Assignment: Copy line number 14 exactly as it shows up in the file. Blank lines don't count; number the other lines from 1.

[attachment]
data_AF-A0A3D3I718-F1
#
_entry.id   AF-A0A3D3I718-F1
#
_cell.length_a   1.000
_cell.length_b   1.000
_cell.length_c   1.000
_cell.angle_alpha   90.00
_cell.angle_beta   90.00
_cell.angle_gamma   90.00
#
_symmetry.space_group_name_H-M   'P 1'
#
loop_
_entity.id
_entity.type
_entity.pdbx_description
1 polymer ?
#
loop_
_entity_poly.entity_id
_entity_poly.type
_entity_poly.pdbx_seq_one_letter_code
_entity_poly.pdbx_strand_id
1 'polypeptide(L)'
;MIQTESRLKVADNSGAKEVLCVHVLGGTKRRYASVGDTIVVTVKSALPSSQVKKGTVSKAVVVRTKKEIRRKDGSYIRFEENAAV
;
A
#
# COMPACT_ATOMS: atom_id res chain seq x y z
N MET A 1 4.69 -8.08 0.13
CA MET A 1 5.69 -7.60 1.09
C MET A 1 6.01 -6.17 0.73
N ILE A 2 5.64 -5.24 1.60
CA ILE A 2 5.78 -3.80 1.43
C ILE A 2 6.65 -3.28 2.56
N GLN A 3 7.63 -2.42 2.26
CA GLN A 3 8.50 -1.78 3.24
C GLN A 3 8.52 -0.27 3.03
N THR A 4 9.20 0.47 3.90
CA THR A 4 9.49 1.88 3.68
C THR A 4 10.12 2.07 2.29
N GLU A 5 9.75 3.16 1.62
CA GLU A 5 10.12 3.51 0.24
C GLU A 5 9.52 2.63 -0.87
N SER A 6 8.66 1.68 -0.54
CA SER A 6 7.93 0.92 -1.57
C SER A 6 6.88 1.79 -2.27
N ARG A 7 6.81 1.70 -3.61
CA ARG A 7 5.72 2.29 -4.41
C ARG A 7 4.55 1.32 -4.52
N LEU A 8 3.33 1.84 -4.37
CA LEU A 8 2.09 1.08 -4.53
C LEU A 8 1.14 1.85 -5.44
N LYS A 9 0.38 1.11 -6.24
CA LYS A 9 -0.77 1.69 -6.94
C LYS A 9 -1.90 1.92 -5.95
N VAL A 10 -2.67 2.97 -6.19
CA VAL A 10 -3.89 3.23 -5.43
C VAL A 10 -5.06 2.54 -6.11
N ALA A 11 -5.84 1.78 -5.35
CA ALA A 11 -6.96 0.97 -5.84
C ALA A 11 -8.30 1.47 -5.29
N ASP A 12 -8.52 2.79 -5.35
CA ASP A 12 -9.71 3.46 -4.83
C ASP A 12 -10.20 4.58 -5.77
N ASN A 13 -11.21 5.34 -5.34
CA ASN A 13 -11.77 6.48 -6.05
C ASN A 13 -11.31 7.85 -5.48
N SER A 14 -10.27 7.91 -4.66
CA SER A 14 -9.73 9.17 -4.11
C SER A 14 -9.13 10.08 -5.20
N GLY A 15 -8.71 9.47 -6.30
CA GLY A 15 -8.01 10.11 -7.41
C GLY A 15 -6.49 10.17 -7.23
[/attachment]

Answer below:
loop_